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Get to know DePaul University’s Andrea Kayne, a Senior Advisor to Otus

Author: Guest | Blog |

Otus Welcomes Longtime Educator, Attorney, and Professor, Andrea Kayne.

A few months back, we were excited to welcome Andrea Kayne to our team as a senior advisor. She is currently serving as Director of the Doctoral Program in Education Leadership at DePaul University’s College of Education. Andrea has spent the past 20 years educating students on how to become successful superintendents and principals. Lastly, she has taught leadership and professional development around the world.

In our initial announcement, we covered a bit about why Andrea was a great fit for Otus. We also shared what she would be doing in the role. With the academic year about to start up again, we wanted to give our readers a deeper look into Andrea’s background and insights into education. Read our short Q&A with Andrea below. Be sure to keep an eye out for more updates on her initiatives throughout the year!

How did you initially get connected with Otus?

The Otus COO, Keith Westman, was truly one of my best students at DePaul years ago. He always impressed me with his ability to understand the rules, the theory, and the best practice. He was also able to be very present and respond in the moment to what needed to be done. As a former musician, maybe it’s that quality of being classically trained while knowing how to improvise a jazz riff.

He also has been a very successful and popular adjunct for us. Again, he applies theory to practice but also challenges theory with practice. Students really appreciate his sense of humor. Keith brought me in to his school when he was a principal to do professional development presentations and to consult on some difficult situations. I was so impressed with the culture he created where all stakeholders (teachers, parents, school board members, and most importantly, students) felt seen and heard.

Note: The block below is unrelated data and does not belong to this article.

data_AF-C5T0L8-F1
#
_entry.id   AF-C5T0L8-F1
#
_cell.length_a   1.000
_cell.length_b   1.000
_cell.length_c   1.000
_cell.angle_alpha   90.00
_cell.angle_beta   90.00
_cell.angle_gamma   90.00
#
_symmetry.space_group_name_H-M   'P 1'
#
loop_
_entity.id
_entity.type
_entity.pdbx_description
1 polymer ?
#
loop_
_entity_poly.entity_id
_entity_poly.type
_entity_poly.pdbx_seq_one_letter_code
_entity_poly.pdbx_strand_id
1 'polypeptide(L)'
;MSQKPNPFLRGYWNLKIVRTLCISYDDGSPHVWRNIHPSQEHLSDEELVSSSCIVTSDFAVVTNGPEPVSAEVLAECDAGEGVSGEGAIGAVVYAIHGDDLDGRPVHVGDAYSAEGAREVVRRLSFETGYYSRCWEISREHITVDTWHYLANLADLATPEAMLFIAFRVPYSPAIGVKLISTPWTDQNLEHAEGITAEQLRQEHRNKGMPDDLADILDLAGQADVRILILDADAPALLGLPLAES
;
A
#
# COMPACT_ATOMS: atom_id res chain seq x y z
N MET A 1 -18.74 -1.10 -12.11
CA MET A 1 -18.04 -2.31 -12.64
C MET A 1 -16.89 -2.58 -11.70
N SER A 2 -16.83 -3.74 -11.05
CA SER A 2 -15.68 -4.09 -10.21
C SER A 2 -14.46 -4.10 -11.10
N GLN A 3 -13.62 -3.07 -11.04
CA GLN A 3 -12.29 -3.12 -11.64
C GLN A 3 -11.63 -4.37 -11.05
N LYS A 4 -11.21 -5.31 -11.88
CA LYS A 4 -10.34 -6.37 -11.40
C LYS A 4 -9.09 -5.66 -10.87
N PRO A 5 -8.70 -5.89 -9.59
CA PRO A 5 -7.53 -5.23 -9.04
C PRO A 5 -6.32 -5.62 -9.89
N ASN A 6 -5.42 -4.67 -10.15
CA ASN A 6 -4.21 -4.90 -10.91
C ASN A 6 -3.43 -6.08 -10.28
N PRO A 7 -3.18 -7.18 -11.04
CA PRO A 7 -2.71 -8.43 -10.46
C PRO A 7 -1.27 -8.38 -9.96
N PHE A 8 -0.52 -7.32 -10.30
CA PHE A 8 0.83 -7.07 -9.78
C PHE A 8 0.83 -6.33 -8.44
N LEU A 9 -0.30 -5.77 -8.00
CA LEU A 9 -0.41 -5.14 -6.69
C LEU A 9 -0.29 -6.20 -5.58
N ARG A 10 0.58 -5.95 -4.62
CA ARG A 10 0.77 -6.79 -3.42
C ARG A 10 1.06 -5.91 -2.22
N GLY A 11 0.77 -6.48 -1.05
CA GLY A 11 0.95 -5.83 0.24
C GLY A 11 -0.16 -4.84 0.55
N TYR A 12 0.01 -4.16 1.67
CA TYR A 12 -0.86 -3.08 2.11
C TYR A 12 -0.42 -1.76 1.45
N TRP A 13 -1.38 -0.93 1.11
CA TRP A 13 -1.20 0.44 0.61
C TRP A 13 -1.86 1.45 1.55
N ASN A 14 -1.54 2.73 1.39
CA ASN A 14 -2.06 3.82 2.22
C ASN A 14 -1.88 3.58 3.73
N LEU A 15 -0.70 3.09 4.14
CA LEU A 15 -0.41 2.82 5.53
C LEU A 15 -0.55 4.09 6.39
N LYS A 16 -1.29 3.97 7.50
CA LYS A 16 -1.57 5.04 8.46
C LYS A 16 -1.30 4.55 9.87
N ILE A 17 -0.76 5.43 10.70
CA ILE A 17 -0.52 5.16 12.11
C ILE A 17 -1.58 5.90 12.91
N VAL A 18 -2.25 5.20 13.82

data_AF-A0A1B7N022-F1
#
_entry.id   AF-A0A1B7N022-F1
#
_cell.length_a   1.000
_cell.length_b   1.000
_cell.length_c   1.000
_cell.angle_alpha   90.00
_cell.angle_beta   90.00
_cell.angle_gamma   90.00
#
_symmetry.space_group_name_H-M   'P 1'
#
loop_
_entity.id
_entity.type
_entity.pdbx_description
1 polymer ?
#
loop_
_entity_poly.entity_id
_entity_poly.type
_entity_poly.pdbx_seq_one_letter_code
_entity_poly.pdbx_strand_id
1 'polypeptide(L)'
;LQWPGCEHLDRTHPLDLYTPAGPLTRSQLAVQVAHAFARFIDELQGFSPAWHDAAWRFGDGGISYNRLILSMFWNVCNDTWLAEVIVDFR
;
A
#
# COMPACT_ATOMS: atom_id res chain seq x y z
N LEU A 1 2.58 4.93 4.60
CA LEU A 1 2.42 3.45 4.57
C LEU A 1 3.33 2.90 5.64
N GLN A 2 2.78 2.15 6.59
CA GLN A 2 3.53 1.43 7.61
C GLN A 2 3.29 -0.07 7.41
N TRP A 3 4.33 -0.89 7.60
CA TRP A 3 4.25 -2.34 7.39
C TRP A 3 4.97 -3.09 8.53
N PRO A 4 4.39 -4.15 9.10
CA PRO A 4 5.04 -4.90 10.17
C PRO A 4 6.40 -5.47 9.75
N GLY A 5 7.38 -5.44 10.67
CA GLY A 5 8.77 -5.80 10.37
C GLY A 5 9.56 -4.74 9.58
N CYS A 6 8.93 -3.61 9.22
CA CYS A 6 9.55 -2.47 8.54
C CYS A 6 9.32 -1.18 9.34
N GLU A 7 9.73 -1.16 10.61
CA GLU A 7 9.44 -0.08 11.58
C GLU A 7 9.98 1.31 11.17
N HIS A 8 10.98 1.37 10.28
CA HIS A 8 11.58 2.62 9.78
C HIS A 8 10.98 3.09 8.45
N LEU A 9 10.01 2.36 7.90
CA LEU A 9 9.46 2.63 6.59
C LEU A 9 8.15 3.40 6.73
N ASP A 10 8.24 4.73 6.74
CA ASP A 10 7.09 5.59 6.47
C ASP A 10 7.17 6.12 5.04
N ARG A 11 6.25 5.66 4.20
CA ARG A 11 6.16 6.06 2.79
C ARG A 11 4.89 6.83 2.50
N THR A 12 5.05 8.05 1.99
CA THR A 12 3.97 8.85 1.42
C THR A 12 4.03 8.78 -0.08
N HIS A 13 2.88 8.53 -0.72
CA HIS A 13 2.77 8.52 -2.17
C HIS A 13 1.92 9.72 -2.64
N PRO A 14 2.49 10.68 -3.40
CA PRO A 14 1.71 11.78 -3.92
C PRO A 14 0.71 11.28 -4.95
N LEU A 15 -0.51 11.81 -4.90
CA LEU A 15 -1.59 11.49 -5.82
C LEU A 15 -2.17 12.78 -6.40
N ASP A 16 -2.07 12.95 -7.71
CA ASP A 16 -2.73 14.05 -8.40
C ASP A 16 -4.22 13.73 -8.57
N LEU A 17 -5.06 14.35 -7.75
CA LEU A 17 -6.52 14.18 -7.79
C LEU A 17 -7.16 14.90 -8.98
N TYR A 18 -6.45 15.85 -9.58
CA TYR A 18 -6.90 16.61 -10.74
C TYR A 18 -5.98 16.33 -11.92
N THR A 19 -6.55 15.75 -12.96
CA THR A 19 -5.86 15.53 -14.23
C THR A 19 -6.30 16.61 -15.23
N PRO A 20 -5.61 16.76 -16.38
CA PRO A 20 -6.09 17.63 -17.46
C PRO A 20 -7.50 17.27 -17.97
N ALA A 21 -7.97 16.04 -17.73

Why did you decide to join as a senior advisor?

For me the most important quality of a school is its sense of community. Do stakeholders feel seen, heard, valued? Is there an effective infrastructure where stakeholders can talk to each other, work together, get to know one another, deal with conflicts as they arise, and effectively collaborate to create a culture of continuous improvement? These questions are important to me and integral to the success of principals and superintendents. Because of this, I developed courses at DePaul regarding data-informed decision making; professional learning communities; transforming conflicting stakeholders into strategic partners. Otus’ software was such a natural fit for me because it provides an amazing fully-integrated, user-friendly infrastructure. It helps make distributed leadership and a culture of continuous improvement not only possible, but optimal.

Outside of my appreciation of their software, I also decided to join Otus because I believe I can add value in several important ways. Through my career in education, I’ve built an extensive network of educators around the country and the globe. I’ve seen the issues that these educators encounter. Otus has the capability to help solve a number of those issues, and I’m excited to be a part of that.

What are the biggest changes you anticipate in education and edtech over the next 5-10 years?

There are a few key things I think we will see

  • I definitely think ensuring school safety and attending to social-emotional learning is important and only will become more so.
  • I think there is going to be increasing pressure to show that educational technology — whether hardware (laptops for each student) or software (learning curricula, etc.) — has a positive and significant impact on student performance and is well worth the investment.
  • I believe the prevalence of distributed leadership schemes and the proliferation of professional learning communities will require districts to share more information with teachers, staff, and parents. In addition, I think it will involve them more in decision-making.
  • Edtech will be going global. Not only will it be bringing great technology to the world, but also bringing educators and students from around the world together.

What are the three most important traits that a successful school principal should have?

  1. Emotional intelligence is needed to transform competing stakeholders into strategic partners. I was pleased to see that Keith had his copy of Fisher and Ury’s Getting to Yes at the Otus office. He first read that in my class.
  2. A principal needs to create a professional learning community or utilize data-wise protocol. This is so that all teachers feel safe and have the data literacy to meaningfully examine instruction to create and participate in a culture of continuous improvement.
  3. The ability to think about the individual and the whole at the same time, which can be very tricky.

Outside of Otus, what are you most excited about in your own work right now?

I am working on a book entitled Kicking Ass in a Corset: Jane Austen’s 6 Principles of Internally Referenced Leadership in Externally Constraining Times. This is based on a speech I gave at a national conference as well as an article I published on the Ms. Magazine website.

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